It was from this level of culture, then, that we began our digging journey into man's early history. We marked off a small area in the center of the cave and started our slow, careful excavation down through the floor. In three seasons of work we have cut through the full depth of the cave's earthen accumulations, down to bedrock at 45 feet, and have sifted about a tenth of the total bulk of its deposits. The excavations have yielded a rich record of human occupation-ancient hearths, tools, animal bones, even Neanderthal skeletons-going back some 100,000 years.
We found four main layers, distinguishable by soil color and the types of artifacts they contained. Each corresponded to a recognizable stage of man's development. I shall first review briefly the general contents of these layers, which are identified, according to an archaeological convention, by the letters A to D from the top down [see drawing on page 461.]
Layer A, averaging about five feet thick, is a black, greasy soil, compacted by many generations of feet. It dates from the present back to some time in the Neolithic (New Stone) Age, perhaps 7,000 years ago. This layer covers the revolutionary period in man's way of life when he emerged from mere hunting to food gathering, agriculture and animal herding. Throughout Layer A we found ash beds of communal fires, bones of domesticated animals and domestic tools such as stone mortars (which the Kurds still use for cracking nuts). The circular millstones with which they still grind wheat showed up only in the upper part of Layer A; apparently these are a comparatively recent development. About a foot below the surface we found some primitive clay tobacco bowls-mute evidence that the tobacco habit came to this part of Asia about 300 years ago. A little f arther down was a bit of burnished pottery similar to the kind known as "Uruk" ware, named for the city of Erech in ancient Mesopotamia. This pottery dates from the time of the invention of cuneiform writing in Sumer.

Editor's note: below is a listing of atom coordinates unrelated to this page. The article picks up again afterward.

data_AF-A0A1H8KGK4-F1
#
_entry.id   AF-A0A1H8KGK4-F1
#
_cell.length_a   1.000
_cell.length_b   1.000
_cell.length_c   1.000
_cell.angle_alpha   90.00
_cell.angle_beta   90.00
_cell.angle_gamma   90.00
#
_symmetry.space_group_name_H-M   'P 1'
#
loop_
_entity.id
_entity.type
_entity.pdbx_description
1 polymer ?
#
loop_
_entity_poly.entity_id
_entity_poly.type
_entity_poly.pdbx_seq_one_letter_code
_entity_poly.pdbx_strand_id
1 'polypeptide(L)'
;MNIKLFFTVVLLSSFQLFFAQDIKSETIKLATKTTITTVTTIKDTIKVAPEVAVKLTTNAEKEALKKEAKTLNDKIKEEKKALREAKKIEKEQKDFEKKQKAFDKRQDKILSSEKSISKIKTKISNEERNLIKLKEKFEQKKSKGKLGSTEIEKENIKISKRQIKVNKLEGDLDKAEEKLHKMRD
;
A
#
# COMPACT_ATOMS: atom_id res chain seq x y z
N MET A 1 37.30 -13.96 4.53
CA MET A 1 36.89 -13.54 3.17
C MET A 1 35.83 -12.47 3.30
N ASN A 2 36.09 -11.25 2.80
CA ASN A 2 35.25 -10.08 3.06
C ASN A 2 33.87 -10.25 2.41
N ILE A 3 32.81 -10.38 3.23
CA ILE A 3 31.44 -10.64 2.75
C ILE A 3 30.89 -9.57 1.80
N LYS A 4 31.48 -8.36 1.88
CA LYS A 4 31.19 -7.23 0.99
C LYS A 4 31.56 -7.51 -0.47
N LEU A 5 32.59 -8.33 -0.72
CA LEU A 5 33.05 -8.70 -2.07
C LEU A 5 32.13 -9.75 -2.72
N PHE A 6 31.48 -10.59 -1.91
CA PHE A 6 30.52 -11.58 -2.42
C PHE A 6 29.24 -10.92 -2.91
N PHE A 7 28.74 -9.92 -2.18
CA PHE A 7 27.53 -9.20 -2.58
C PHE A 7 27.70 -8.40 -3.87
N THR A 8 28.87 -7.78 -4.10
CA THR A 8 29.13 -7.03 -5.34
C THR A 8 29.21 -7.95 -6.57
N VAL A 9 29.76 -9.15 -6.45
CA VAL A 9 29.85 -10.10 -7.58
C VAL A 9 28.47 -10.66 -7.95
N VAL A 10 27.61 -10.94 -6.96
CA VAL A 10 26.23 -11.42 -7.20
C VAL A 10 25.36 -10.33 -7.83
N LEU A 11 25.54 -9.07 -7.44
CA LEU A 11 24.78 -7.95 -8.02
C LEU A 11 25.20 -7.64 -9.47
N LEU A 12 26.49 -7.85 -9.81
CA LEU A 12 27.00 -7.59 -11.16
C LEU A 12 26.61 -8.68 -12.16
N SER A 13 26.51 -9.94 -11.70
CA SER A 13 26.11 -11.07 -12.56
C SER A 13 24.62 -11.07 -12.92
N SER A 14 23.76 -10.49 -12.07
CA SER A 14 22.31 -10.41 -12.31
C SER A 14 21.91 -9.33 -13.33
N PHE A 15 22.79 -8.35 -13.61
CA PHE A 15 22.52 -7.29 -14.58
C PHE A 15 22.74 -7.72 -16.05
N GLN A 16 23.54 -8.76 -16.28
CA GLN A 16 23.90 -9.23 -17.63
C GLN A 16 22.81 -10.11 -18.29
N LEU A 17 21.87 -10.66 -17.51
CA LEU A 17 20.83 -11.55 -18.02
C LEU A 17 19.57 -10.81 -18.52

Layer B, just below A , is a f airly thin, brown-stained deposit which, according to carbon-14 measurements, dates back to the Middle Stone Age, about 12,000 years ago. it contains the primitive artifacts of a people who knew neither agriculture nor animal domestication nor pottery making. There is no sign that they even collected edible nuts. Apparently snails made up a considerable part of their diet, for there are heaps of snail shells strewn about. Animal bones are relatively scarce in this layer: there are no domestic animals and few wild ones. Possibly it was a period of game scarcity in Shanidar Valley.
Nonetheless the prehistoric people of Layer B seem to have thrived and even to have had some leisure. They made exquisitely chipped projectile points, and bone awls which must have been used for sewing or lacing. What is more, there are engraved pieces of slate, and also fragments of well-rubbed coloring stones which suggest that these people may have made paintings or decorations.
Below Layer B we come to a gap of some 17,000 years during which the cave apparently was not occupied. The next layer, C, dates from about 29,000 to more than 34,000 years ago, according to radiocarbon measurements of charcoal in its firebeds. Near the top of the layer are many boulders, which probably fell from the ceiling during an earthquake and may well have discouraged residence in the cave. The soil layer itself, a yellowish deposit about eight feet thick with the remains of many fires, bespeaks a long occupation by the late Paleolithic (Old Stone Age) people who had lived in the cave in this period.
Now these people are an anomaly in the Iraq region. Their flint tools - so called "blade tools"-were like the implements of a late Paleolithic culture in Europe known as the Aurignacian (which used to be identified with Cro Magnon man). But no such culture has been found anywhere in Iraq except at Shanidar, although other sites in the area have yielded earlier and later cultures. To the distinctive culture of Layer C we therefore gave the name " Baradostian," after the name of the mountain on which Shanidar Cave is located.
The people of Layer C, like their counterparts in Europe and elsewhere, must have been good woodworkers, for their deposits contain many flint woodworking tools, including scrapers and gravers. Of course none of their wood products has survived in the soil of the cave, but we know from the reports of ancient explorers that Stone Age peoples were capable of a wonderful wood technology.